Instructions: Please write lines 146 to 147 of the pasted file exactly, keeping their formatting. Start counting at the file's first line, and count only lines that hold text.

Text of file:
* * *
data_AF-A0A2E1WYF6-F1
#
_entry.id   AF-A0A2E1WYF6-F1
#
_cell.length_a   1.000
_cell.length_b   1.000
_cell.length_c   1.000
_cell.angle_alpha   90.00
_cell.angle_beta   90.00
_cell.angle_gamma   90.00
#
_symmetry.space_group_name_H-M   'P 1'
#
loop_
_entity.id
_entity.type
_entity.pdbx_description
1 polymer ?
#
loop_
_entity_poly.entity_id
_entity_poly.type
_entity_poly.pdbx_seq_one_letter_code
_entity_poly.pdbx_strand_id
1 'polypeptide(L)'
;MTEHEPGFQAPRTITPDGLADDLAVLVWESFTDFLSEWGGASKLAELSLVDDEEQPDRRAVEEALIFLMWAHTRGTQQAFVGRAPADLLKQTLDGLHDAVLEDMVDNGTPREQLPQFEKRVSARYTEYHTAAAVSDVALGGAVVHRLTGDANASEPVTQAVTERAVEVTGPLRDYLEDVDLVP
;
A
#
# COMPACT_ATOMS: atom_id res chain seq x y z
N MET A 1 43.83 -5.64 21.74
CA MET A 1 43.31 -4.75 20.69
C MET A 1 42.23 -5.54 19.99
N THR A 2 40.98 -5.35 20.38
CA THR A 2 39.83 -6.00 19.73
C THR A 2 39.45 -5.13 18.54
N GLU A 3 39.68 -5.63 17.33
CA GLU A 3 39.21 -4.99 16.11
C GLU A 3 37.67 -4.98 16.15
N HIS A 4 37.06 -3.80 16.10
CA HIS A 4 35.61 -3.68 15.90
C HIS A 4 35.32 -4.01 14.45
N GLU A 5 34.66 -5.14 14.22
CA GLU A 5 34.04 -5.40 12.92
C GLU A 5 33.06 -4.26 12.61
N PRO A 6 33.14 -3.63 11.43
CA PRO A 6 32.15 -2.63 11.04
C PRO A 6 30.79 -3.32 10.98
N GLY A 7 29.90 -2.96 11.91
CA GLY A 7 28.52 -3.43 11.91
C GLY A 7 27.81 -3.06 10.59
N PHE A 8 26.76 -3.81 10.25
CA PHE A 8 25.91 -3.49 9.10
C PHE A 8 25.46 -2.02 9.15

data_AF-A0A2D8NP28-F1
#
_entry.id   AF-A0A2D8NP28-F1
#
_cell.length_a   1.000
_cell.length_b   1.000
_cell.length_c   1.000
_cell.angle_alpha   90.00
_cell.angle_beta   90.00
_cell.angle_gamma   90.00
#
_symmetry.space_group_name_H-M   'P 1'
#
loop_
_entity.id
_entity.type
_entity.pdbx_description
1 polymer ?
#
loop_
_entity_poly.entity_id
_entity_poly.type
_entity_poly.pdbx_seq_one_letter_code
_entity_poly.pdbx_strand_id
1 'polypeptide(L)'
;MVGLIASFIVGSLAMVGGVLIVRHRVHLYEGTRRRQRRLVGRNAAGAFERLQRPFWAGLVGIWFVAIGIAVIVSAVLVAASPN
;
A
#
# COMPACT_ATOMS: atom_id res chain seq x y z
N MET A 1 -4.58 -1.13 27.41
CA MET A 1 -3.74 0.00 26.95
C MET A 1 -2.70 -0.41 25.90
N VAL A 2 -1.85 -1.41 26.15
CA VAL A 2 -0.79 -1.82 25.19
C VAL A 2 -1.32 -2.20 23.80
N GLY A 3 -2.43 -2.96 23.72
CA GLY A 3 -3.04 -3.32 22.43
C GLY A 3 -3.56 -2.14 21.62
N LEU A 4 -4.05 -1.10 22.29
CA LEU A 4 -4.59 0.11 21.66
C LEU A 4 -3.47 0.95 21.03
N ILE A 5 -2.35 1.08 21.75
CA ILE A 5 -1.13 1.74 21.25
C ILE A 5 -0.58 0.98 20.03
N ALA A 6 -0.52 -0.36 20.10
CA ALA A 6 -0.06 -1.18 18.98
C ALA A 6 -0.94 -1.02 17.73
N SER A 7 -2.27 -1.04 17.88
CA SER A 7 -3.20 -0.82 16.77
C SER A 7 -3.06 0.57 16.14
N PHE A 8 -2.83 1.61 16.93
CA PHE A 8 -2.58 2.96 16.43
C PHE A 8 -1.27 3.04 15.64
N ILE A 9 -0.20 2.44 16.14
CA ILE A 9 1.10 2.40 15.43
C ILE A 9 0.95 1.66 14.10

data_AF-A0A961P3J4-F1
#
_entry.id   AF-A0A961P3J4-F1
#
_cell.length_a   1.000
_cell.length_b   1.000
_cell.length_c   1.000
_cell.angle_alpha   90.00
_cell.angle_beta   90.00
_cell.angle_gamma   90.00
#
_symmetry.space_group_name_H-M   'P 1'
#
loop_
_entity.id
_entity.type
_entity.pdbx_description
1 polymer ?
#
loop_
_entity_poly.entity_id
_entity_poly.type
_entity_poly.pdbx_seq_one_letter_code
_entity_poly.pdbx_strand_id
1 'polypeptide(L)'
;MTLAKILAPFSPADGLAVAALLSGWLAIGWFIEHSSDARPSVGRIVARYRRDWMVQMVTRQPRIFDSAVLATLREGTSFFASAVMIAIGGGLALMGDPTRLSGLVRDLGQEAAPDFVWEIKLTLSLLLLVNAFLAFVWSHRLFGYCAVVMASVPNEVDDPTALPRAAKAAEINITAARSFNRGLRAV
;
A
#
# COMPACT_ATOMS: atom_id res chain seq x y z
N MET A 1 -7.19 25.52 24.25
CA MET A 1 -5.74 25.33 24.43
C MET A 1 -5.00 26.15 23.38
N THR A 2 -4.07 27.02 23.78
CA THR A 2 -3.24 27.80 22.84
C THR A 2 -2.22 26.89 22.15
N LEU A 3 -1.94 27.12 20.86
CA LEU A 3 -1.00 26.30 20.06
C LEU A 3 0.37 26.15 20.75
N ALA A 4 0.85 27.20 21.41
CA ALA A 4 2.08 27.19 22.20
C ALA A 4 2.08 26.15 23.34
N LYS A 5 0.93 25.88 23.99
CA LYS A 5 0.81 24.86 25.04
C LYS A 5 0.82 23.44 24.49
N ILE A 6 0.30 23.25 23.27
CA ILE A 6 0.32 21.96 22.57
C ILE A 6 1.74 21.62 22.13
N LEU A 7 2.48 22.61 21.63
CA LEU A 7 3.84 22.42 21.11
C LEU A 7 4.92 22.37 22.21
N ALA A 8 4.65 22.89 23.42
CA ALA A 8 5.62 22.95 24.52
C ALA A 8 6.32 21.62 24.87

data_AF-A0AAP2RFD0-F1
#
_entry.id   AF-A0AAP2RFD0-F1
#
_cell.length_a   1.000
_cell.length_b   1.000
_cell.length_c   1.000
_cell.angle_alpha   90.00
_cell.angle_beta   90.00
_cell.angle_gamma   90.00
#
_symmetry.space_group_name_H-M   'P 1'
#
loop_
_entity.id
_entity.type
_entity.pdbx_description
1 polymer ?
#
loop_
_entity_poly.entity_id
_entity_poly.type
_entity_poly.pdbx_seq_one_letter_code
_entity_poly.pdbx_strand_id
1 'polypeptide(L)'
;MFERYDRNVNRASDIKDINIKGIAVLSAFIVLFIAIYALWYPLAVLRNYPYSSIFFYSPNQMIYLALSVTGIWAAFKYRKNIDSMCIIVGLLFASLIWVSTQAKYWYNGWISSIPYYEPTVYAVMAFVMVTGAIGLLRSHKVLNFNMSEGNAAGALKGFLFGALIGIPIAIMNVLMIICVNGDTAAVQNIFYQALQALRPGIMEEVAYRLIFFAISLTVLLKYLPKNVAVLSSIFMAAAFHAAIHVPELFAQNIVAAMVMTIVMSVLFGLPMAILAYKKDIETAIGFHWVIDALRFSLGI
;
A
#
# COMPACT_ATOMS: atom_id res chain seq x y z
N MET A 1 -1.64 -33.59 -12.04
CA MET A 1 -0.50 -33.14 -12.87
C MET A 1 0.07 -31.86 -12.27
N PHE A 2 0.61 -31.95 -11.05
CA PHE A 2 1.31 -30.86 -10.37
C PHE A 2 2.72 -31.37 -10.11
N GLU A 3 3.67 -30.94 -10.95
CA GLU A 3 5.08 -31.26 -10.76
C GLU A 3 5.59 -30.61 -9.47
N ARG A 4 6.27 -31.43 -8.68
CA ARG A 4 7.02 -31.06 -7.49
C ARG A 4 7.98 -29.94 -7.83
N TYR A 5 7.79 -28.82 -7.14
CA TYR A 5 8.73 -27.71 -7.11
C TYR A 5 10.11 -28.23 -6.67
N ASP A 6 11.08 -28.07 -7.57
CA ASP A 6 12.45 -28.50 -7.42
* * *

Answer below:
CA THR A 2 -3.24 27.80 22.84
C THR A 2 -2.22 26.89 22.15